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Then to his bags he flew wi' speed,
About the drone he twisted ;
Meg up and wallop'd o'er the green,
For brawly could she frisk it.
Weel done! quo'he-play up! quo' she;
Weel bobb’d! quo' Rob the Ranter;
'Tis worth my while to play indeed,
When I hae sic a dancer.
Weel hae ye play'd your part, quo' Meg,
Your cheeks are like the crimson ;
There's nane in Scotland plays sae weel,
Since we lost Habbie Simpson.*

the Editor, that when a boy (not more than twenty years ago) he was greatly struck with the sight of many of these old Highland Pipers, straying, solitary, from parish to parish, reciting the deeds of the clans.

In every parish there were houses which the open-heartedness. of their possessors made welcome nightly habitations to these vagrant remnants of ancient chivalry. The piper's arrival spread like wild-fire among the little country villages. The old decayed men, the lads and lasses, with their rocks and knitting apparatus, flocked around the old piper, who, seated next the gudeman, on the lang-settle, in the intervals of his tunes touched on the tales of other times. The barbarity of William, in the vale of Glencoe; the Rade of Mar; or the year 1715; and the awful suf. ferings of misguided Catholic loyalty in 1745, were told with the exquisite mastery of native eloquence.

* The celebrated Piper of Kilbarchan.

I've liv'd in Fife, baith maid and wife,
These ten years and a quarter;
Gin' ye should come to Enster Fair,
Speir ye for Maggie Lauder.



TRANENT-MUIRwas composed by a Mr. Skirvin, a very worthy respectable farmer, near Haddington. I have heard the anecdote often, that Lieut. Smith, whom he mentions in the ninth stanza, came to Haddington after the publication of the song, and sent a challenge to Skirvin to meet him at Haddington, and answer for the unworthy manner in which he had noticed him in his song. Gang awa back," said the honest farmer, and. tell, Mr. Smith that I hae na: leisure to come to Haddington; but tell him to come here; and I'll tak a look ohim; and if I think I'm fit to fecht him, I'll fecht him; and if no-I'll do as he did, -I'll rin awa.”—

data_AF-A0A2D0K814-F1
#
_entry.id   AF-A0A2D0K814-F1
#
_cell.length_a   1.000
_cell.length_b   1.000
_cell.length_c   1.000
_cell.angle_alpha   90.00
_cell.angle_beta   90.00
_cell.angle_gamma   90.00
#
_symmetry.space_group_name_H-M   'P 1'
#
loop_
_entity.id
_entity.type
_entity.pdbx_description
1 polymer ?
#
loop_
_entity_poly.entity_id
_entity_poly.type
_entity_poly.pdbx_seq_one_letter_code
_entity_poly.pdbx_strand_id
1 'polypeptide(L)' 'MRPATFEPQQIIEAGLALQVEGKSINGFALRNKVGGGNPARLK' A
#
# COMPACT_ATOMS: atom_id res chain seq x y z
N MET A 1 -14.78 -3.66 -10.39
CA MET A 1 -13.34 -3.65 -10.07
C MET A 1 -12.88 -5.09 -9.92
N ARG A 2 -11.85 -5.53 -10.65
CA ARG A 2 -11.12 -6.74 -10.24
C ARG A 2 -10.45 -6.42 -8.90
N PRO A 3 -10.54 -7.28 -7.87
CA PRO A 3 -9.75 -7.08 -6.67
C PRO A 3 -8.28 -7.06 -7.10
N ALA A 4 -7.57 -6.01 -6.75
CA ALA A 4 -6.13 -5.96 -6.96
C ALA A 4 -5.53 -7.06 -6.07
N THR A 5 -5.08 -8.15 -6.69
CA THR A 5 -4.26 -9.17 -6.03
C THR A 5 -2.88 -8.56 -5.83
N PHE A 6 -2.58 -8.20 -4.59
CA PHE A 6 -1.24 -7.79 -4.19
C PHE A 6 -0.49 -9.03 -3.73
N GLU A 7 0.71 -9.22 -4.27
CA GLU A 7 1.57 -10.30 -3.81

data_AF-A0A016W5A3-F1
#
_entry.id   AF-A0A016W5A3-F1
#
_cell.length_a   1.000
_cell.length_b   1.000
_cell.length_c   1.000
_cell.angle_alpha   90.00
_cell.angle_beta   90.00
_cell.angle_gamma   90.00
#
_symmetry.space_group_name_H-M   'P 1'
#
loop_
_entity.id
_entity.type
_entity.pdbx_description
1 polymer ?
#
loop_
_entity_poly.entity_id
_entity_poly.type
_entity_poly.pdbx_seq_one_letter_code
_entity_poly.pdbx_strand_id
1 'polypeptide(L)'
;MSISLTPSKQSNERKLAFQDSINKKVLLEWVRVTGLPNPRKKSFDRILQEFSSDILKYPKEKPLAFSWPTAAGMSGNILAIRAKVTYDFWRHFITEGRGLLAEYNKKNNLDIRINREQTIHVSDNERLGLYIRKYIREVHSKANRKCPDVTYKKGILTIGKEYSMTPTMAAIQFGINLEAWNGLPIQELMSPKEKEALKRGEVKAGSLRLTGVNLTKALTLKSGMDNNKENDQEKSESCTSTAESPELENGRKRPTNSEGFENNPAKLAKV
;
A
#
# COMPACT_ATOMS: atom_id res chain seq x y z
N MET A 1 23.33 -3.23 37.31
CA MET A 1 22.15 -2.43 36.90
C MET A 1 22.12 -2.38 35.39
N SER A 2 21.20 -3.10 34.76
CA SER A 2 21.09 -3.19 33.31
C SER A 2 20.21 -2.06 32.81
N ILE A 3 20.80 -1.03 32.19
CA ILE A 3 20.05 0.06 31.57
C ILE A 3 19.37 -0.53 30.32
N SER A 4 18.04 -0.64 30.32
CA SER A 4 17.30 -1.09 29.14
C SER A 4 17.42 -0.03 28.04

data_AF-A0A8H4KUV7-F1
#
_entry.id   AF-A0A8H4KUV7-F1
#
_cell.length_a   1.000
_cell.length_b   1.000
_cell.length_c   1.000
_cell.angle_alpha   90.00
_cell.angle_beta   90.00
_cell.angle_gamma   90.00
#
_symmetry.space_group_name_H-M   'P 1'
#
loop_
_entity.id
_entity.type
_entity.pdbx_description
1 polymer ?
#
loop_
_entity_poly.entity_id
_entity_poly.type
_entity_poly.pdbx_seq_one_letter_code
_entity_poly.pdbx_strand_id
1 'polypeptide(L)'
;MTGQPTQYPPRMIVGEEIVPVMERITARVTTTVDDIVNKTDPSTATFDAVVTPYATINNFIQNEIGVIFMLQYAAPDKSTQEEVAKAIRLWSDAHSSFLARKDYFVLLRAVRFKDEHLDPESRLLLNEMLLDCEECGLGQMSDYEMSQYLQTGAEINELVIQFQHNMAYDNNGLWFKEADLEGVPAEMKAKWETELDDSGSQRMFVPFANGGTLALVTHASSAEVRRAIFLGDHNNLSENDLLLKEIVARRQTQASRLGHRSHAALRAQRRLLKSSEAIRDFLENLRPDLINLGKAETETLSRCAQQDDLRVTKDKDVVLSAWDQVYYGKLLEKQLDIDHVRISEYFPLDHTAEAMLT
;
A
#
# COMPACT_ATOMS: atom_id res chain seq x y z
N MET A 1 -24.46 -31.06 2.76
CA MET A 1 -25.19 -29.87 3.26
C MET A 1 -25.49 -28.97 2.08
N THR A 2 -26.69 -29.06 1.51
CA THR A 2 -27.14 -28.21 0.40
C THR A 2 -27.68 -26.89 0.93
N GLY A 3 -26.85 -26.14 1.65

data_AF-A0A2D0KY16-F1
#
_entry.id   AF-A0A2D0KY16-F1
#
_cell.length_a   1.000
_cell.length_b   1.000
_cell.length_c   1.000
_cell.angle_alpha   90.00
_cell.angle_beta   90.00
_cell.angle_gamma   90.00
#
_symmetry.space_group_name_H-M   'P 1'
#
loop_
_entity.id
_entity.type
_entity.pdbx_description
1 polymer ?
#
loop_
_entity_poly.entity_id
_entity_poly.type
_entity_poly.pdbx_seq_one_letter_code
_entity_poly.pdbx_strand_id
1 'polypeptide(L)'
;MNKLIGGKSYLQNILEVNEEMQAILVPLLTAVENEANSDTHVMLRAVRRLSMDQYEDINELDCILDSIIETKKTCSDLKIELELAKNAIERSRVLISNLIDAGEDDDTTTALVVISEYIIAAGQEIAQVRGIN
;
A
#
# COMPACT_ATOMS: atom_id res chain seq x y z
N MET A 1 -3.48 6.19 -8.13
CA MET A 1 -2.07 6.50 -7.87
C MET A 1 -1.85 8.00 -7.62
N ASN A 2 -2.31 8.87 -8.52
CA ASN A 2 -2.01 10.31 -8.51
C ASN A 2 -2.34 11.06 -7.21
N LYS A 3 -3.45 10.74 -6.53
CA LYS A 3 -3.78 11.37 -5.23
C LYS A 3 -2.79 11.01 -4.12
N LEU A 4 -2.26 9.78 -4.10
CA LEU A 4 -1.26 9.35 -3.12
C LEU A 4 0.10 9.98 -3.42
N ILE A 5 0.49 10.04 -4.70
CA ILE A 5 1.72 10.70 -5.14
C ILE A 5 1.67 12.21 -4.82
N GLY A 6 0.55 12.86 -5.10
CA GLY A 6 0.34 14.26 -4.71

YOL. 1.


The Chevalier,t being void of fear,

Did march up Birsle brae, nian,
And thro' Tranent, e'er he did stent,

As fast as he could gae, man:
While general Cope did taunt and mock,

Wi' mony a loud huzza, man;
But e'er next morn proclaim'd the cock,

We heard another craw, man.

The brave Lochiel,I as I heard tell,

Led Camerons on in clouds, man; · The morning fair, and clear the air,

They loos’d with devilish thuds, man:

* A field of battle, better known by the name of Prestonpans, where prince Charles Stewart, commonly called the Young Chevalier, at the head of his Highland army, completely routed the English forces, under the command of Sir John Cope, who was afterward tryed by a court-martial for his conduct in this battle, and acquitted. He is said to have left the field in such haste that he never once stopped his horse, nor looked back, till he got to Haddington, which is seven or eight miles off. This action happened Sep. 22, 1745.

+ Printed from Ritson's copy.

# Donald Cameron of Lochiel, chief of the Clan Cameron, a gentleman of great bravery, and of the most amiable disposiDown guns they threw, and swords they drew,


And soon did chace them aff, man ; On Seaton-Crafts they buft their chafts,

And gart them rin like daft, man.

The bluff dragoons swore blood and 'oons,

They'd make the rebels run, man ;
And yet they flee when them they see,

And winna fire a gun, man :
They turn'd their back, the foot they brake,

Such terror seiz:d them a', man;
Some wet their cheeks, some fyld their breeks,

And some for fear did fa', man.

The volunteers prick'd up their ears,

And vow gin they were crouse, man ;
But when the bairns saw't turn to earn'st,

They were not worth a louse, man;
Maist feck gade hame; O fy for shame!

They'd better stay'd awa', man,
Than wi' cockade to make parade,

And do nae good at a', man.

tion. He was wounded at the battle of Culloden, and died in France colonel of a regiment, which his grateful master had procured him, as a small reward and compensation for his great services and misfortunes, ...., 1748.

Menteith the great,* when hersell shất,

Un'wares did ding him o'er, man;
Yet wad nae stand to bear a hand,

But aff fou fast did scour, man;
O'er Soutra hill, e'er he stood still,

Before he tasted meat, man:
Troth he may brag of his swift nag,

That bare him aff sae fleet, man.

And Simpsont keen, to clear the een

Of rebels far in wrang, man, Did never strive wi' pistols five,

But gallop'd with the thrang, man: He turn'd his back, and in a crack

Was cleanly out of sight, man; And thought it best; it was nae jest

Wi' Highlanders to fight, man.

Mangst a' the gang nane bade the bang

But twa, and ane was tane, man;

* The minister of Longformacus, a volunteer; who, happening to come the night before the battle, upon a Highland gelding, easing nature at Preston, threw him over, and carried his gun as a trophy to Cope's camp.

+ Another volunteer Presbyterian minister, who said he would convince the rebels of their error by the dint of his pistols; ... having, for that purpose, two in his pockets, two in his holsters, and one in his belt.

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